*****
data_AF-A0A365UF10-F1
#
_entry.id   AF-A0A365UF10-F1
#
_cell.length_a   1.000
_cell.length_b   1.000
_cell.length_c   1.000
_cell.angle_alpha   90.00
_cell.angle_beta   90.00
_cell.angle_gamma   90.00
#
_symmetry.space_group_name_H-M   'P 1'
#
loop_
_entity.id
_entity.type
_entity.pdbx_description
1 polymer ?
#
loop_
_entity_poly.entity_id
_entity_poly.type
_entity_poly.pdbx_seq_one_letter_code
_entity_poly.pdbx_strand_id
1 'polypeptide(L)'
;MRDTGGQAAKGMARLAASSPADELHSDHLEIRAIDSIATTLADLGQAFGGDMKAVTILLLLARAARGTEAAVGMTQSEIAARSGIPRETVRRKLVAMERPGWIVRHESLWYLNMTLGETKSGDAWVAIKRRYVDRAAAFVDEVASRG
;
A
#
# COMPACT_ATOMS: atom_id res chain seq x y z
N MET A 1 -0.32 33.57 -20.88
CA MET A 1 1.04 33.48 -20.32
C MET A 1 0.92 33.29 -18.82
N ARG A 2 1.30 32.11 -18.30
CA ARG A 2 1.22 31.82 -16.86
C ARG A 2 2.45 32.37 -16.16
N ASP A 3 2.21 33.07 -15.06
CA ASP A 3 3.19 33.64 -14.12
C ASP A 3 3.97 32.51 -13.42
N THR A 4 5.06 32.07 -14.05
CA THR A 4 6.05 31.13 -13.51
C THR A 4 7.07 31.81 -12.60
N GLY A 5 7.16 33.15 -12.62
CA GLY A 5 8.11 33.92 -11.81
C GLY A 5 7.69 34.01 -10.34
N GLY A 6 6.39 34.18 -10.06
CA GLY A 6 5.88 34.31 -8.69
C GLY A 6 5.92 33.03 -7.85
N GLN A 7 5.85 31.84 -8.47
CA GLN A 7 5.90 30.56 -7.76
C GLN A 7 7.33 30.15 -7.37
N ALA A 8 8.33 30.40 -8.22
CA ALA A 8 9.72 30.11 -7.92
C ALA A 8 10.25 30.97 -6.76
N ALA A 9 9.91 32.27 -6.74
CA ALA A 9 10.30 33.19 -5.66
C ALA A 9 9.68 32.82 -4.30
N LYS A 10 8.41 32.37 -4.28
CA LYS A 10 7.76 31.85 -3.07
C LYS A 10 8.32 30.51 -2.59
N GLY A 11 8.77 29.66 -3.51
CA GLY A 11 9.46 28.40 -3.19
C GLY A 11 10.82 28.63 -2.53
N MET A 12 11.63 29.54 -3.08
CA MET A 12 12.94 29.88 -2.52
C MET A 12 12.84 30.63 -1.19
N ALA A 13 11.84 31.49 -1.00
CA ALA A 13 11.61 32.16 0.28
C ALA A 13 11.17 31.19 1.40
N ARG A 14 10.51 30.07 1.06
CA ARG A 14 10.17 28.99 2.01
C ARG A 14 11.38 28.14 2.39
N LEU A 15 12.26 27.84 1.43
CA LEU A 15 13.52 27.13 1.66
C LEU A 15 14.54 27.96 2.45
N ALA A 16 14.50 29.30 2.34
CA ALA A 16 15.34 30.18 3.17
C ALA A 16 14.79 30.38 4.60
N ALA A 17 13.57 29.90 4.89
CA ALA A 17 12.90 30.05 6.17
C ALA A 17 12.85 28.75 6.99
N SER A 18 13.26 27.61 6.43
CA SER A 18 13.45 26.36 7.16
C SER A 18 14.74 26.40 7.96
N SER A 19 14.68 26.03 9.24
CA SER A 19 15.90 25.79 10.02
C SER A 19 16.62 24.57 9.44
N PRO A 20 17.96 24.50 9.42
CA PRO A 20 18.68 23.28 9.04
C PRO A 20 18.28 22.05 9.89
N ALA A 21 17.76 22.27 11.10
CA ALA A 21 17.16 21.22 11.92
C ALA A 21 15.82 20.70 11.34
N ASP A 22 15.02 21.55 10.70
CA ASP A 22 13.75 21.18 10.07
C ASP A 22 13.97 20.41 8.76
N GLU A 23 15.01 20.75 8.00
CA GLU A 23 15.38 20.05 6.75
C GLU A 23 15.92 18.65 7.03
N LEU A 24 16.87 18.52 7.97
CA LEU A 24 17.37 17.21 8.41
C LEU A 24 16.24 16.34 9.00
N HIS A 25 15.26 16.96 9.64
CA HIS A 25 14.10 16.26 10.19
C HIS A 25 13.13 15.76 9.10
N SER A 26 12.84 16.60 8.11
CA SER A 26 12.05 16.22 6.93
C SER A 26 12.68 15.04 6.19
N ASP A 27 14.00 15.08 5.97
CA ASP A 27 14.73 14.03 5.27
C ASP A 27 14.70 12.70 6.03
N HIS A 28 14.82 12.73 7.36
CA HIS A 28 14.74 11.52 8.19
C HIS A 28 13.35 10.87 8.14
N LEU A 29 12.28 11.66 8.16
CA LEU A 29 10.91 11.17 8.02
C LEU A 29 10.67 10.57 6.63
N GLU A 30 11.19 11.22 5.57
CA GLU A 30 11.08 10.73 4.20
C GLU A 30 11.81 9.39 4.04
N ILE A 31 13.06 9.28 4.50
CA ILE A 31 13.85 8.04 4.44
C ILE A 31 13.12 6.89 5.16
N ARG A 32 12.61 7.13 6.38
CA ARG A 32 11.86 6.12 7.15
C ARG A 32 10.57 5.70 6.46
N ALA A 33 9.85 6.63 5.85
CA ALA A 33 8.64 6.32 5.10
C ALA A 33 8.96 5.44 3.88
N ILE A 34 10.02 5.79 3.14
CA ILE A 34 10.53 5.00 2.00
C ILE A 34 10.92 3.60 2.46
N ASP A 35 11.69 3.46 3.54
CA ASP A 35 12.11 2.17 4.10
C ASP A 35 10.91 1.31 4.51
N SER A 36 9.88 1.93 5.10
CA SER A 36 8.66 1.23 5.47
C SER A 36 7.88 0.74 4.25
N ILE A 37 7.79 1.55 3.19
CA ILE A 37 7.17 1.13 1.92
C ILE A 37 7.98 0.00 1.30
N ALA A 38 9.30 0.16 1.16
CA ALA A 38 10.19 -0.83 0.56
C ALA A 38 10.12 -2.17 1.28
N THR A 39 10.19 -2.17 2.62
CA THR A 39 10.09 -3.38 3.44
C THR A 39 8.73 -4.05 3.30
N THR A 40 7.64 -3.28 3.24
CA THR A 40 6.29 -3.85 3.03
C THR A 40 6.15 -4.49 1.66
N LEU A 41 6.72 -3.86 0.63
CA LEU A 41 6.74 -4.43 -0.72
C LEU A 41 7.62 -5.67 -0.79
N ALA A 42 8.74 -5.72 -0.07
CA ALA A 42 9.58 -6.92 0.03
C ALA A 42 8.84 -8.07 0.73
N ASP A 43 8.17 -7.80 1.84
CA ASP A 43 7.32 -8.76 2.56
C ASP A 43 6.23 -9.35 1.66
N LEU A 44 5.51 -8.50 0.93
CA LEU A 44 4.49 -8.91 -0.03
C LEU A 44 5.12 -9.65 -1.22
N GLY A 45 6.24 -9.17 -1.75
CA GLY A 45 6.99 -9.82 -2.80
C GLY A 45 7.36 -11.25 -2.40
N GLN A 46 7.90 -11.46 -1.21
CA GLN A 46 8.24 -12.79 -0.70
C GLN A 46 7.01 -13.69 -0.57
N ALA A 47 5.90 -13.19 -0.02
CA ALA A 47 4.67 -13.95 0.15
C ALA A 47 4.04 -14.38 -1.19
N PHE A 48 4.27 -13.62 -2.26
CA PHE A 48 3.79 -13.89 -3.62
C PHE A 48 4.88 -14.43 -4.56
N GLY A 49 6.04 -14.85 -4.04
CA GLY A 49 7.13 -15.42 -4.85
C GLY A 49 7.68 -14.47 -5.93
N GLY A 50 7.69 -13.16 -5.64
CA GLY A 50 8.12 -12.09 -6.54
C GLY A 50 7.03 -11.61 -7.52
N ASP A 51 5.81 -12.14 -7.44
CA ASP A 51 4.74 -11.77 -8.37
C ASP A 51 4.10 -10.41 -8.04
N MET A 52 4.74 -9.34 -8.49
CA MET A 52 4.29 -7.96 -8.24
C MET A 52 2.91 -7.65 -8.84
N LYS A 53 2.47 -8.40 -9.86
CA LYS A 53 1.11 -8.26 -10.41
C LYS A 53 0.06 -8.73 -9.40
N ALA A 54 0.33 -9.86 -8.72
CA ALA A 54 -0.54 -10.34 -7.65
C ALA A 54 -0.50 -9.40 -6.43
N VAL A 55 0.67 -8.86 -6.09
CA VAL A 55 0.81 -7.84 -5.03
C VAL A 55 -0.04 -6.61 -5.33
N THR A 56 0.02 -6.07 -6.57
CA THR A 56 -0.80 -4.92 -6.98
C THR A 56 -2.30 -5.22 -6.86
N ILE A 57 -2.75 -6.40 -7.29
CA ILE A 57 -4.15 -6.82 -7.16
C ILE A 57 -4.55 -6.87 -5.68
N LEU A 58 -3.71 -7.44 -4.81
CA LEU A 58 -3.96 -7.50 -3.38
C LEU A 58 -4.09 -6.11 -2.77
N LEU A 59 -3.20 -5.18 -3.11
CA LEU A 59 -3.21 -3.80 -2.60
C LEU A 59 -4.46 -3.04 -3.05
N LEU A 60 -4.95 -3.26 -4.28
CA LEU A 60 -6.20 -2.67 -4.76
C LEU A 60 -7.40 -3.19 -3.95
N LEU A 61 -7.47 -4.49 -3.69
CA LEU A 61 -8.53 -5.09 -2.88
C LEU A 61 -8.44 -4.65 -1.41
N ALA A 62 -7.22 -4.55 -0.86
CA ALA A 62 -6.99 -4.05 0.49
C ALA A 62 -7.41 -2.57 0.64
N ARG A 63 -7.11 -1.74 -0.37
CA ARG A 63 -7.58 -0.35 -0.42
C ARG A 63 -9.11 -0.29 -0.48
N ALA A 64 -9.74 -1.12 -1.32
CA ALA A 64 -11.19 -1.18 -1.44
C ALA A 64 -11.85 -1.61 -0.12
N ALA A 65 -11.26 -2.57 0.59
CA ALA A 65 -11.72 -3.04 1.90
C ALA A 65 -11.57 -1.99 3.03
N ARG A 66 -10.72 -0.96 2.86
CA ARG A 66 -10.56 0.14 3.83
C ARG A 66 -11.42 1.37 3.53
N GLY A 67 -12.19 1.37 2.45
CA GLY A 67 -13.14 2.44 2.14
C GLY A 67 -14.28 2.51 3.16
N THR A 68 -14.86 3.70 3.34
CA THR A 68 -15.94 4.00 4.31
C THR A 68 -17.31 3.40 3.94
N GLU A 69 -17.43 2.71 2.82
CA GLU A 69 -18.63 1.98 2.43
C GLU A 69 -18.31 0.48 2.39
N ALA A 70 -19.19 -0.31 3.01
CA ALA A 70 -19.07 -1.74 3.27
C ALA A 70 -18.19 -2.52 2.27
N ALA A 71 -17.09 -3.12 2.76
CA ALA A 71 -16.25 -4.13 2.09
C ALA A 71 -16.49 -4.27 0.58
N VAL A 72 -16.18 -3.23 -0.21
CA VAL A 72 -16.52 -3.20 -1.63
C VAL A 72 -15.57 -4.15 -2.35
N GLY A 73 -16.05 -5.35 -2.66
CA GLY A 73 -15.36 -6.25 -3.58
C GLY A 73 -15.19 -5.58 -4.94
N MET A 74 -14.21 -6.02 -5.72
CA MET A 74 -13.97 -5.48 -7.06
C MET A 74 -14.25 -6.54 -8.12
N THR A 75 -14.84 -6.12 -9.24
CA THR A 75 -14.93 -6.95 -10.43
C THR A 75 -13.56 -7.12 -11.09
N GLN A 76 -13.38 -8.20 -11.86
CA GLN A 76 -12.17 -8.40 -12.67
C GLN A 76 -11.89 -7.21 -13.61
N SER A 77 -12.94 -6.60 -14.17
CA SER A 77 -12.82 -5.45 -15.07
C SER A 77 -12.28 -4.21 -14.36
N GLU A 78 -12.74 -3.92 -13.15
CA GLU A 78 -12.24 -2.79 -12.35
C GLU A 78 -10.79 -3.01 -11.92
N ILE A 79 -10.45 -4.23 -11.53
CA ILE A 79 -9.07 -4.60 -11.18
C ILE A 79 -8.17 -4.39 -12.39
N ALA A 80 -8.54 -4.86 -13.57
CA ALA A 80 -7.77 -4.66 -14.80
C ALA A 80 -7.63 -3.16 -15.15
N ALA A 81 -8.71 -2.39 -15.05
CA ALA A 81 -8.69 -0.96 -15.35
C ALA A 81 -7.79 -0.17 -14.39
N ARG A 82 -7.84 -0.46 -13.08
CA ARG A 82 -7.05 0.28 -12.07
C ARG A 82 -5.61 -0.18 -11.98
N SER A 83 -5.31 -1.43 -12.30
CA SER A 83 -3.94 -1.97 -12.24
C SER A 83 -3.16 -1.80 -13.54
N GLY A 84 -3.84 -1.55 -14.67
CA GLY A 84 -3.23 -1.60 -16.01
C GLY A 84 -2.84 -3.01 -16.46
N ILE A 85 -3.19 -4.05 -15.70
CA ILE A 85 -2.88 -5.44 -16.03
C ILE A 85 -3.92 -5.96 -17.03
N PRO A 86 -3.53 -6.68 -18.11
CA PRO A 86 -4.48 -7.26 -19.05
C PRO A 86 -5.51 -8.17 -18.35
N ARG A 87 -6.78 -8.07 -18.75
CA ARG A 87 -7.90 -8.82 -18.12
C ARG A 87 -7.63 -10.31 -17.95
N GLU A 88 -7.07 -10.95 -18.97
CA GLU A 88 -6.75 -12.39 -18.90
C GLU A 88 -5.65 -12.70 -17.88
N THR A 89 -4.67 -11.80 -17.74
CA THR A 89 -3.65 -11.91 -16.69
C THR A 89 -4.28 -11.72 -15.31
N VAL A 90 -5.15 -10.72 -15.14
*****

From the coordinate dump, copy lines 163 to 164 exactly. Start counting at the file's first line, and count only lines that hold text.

N GLY A 45 6.24 -9.17 -1.75
CA GLY A 45 6.99 -9.82 -2.80